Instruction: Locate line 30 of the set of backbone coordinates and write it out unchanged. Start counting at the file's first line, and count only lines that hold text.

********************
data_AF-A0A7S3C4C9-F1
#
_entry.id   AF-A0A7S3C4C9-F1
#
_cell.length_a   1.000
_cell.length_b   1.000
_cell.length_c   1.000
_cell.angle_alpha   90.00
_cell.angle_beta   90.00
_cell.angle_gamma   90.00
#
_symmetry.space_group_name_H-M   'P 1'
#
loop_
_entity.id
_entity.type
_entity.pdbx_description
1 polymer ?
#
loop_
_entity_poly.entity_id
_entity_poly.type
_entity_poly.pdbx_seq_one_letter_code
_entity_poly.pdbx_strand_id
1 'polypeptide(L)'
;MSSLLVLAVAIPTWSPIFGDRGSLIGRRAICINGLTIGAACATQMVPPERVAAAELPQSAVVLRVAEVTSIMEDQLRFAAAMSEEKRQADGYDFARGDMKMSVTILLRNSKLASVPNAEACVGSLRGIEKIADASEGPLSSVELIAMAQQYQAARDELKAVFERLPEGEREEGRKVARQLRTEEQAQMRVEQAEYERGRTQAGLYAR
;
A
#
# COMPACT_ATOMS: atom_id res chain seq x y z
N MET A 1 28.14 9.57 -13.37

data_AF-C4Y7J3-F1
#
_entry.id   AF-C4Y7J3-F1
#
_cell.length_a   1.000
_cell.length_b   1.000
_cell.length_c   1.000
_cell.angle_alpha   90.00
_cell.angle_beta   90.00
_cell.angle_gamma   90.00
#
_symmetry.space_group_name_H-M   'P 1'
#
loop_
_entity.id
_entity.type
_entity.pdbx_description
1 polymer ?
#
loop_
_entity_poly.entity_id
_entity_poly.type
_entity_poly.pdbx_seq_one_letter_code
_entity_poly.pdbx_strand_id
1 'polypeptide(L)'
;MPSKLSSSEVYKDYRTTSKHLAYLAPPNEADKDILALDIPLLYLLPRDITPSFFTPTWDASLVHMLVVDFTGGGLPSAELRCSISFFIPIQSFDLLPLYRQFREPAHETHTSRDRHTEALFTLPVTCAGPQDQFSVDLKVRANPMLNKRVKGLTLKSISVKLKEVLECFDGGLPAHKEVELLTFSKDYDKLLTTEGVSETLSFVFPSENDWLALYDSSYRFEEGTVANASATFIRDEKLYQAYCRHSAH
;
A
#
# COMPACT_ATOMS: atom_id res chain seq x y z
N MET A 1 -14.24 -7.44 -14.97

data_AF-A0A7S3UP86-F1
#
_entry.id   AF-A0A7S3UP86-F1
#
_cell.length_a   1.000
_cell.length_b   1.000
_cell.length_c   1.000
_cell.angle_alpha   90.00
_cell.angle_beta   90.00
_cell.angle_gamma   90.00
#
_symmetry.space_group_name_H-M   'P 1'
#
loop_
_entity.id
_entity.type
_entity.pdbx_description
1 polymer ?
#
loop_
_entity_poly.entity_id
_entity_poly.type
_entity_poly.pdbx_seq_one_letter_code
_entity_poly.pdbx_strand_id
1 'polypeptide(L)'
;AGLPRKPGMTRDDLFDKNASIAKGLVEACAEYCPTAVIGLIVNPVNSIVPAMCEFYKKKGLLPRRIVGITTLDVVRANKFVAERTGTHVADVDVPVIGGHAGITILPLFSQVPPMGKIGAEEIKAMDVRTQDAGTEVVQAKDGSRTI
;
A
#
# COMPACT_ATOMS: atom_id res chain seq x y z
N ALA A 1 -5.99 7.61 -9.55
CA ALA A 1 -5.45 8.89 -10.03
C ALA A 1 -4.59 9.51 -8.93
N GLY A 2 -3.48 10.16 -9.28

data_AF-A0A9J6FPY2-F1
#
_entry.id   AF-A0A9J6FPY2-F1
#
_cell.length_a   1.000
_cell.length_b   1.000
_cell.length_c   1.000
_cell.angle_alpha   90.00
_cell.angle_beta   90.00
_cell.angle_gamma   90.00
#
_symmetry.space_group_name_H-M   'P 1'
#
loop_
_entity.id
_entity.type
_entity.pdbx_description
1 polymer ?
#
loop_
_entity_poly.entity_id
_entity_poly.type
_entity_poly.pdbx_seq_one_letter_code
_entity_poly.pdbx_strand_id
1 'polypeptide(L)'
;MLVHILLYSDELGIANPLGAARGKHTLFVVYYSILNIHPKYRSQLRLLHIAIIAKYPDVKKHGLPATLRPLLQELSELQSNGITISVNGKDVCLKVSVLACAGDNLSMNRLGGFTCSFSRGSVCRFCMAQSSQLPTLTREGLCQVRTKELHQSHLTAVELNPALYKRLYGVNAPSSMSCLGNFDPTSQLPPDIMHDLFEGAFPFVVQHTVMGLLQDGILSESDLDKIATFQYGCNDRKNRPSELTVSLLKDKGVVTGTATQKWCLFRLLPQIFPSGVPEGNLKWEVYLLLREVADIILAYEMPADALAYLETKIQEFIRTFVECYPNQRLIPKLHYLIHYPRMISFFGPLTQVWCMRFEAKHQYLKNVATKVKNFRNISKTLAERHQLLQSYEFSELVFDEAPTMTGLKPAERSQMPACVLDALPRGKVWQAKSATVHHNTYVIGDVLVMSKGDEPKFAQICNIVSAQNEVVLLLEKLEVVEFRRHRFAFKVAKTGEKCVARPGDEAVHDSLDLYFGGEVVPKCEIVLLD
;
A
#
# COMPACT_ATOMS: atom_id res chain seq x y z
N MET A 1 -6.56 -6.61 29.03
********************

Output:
# COMPACT_ATOMS: atom_id res chain seq x y z